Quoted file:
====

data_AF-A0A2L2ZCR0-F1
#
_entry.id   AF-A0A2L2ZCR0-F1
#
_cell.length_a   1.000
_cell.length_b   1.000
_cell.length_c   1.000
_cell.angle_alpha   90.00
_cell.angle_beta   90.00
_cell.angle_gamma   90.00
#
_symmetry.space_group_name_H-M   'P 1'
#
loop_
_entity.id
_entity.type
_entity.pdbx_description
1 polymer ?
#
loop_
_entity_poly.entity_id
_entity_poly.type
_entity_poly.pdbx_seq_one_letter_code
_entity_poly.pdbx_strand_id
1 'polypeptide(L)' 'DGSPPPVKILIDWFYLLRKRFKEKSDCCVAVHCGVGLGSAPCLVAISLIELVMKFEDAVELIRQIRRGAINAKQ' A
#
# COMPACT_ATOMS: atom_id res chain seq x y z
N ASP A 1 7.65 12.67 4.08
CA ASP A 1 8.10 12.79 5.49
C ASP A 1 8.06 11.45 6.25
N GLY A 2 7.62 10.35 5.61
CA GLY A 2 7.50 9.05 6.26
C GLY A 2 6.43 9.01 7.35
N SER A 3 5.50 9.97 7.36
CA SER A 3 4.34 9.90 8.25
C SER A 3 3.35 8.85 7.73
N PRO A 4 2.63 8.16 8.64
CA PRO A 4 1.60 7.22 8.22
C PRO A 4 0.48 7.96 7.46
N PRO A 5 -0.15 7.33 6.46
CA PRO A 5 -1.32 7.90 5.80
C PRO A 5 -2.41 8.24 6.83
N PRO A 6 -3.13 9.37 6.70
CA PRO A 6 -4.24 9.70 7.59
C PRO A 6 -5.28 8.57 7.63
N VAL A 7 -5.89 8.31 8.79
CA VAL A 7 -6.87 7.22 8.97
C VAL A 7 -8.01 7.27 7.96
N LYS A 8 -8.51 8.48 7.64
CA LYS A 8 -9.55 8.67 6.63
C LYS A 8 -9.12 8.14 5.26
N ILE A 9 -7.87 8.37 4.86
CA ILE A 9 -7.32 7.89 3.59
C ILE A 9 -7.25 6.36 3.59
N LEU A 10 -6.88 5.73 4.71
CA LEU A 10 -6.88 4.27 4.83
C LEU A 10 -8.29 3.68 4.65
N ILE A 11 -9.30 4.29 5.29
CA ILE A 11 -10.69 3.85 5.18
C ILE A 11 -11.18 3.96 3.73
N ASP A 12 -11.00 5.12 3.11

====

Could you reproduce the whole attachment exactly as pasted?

data_AF-A0A2L2ZCR0-F1
#
_entry.id   AF-A0A2L2ZCR0-F1
#
_cell.length_a   1.000
_cell.length_b   1.000
_cell.length_c   1.000
_cell.angle_alpha   90.00
_cell.angle_beta   90.00
_cell.angle_gamma   90.00
#
_symmetry.space_group_name_H-M   'P 1'
#
loop_
_entity.id
_entity.type
_entity.pdbx_description
1 polymer ?
#
loop_
_entity_poly.entity_id
_entity_poly.type
_entity_poly.pdbx_seq_one_letter_code
_entity_poly.pdbx_strand_id
1 'polypeptide(L)' 'DGSPPPVKILIDWFYLLRKRFKEKSDCCVAVHCGVGLGSAPCLVAISLIELVMKFEDAVELIRQIRRGAINAKQ' A
#
# COMPACT_ATOMS: atom_id res chain seq x y z
N ASP A 1 7.65 12.67 4.08
CA ASP A 1 8.10 12.79 5.49
C ASP A 1 8.06 11.45 6.25
N GLY A 2 7.62 10.35 5.61
CA GLY A 2 7.50 9.05 6.26
C GLY A 2 6.43 9.01 7.35
N SER A 3 5.50 9.97 7.36
CA SER A 3 4.34 9.90 8.25
C SER A 3 3.35 8.85 7.73
N PRO A 4 2.63 8.16 8.64
CA PRO A 4 1.60 7.22 8.22
C PRO A 4 0.48 7.96 7.46
N PRO A 5 -0.15 7.33 6.46
CA PRO A 5 -1.32 7.90 5.80
C PRO A 5 -2.41 8.24 6.83
N PRO A 6 -3.13 9.37 6.70
CA PRO A 6 -4.24 9.70 7.59
C PRO A 6 -5.28 8.57 7.63
N VAL A 7 -5.89 8.31 8.79
CA VAL A 7 -6.87 7.22 8.97
C VAL A 7 -8.01 7.27 7.96
N LYS A 8 -8.51 8.48 7.64
CA LYS A 8 -9.55 8.67 6.63
C LYS A 8 -9.12 8.14 5.26
N ILE A 9 -7.87 8.37 4.86
CA ILE A 9 -7.32 7.89 3.59
C ILE A 9 -7.25 6.36 3.59
N LEU A 10 -6.88 5.73 4.71
CA LEU A 10 -6.88 4.27 4.83
C LEU A 10 -8.29 3.68 4.65
N ILE A 11 -9.30 4.29 5.29
CA ILE A 11 -10.69 3.85 5.18
C ILE A 11 -11.18 3.96 3.73
N ASP A 12 -11.00 5.12 3.11